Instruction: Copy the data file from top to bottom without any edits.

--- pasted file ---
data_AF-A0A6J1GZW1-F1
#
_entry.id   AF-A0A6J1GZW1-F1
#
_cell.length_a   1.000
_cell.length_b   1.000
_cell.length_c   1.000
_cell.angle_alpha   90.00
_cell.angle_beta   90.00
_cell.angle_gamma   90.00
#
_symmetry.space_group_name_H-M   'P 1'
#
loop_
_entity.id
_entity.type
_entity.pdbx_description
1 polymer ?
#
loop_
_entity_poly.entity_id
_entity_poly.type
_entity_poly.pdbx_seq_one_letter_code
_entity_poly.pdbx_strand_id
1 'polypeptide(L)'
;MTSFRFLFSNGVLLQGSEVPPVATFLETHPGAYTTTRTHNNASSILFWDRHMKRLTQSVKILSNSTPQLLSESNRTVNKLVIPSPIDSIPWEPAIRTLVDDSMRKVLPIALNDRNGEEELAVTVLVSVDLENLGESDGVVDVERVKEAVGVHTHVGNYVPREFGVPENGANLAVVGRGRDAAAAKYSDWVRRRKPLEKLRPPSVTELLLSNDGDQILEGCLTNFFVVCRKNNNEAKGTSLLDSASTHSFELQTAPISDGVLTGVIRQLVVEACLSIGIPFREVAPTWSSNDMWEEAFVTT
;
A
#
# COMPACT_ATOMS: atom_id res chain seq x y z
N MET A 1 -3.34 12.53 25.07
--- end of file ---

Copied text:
data_AF-A0A6J1GZW1-F1
#
_entry.id   AF-A0A6J1GZW1-F1
#
_cell.length_a   1.000
_cell.length_b   1.000
_cell.length_c   1.000
_cell.angle_alpha   90.00
_cell.angle_beta   90.00
_cell.angle_gamma   90.00
#
_symmetry.space_group_name_H-M   'P 1'
#
loop_
_entity.id
_entity.type
_entity.pdbx_description
1 polymer ?
#
loop_
_entity_poly.entity_id
_entity_poly.type
_entity_poly.pdbx_seq_one_letter_code
_entity_poly.pdbx_strand_id
1 'polypeptide(L)'
;MTSFRFLFSNGVLLQGSEVPPVATFLETHPGAYTTTRTHNNASSILFWDRHMKRLTQSVKILSNSTPQLLSESNRTVNKLVIPSPIDSIPWEPAIRTLVDDSMRKVLPIALNDRNGEEELAVTVLVSVDLENLGESDGVVDVERVKEAVGVHTHVGNYVPREFGVPENGANLAVVGRGRDAAAAKYSDWVRRRKPLEKLRPPSVTELLLSNDGDQILEGCLTNFFVVCRKNNNEAKGTSLLDSASTHSFELQTAPISDGVLTGVIRQLVVEACLSIGIPFREVAPTWSSNDMWEEAFVTT
;
A
#
# COMPACT_ATOMS: atom_id res chain seq x y z
N MET A 1 -3.34 12.53 25.07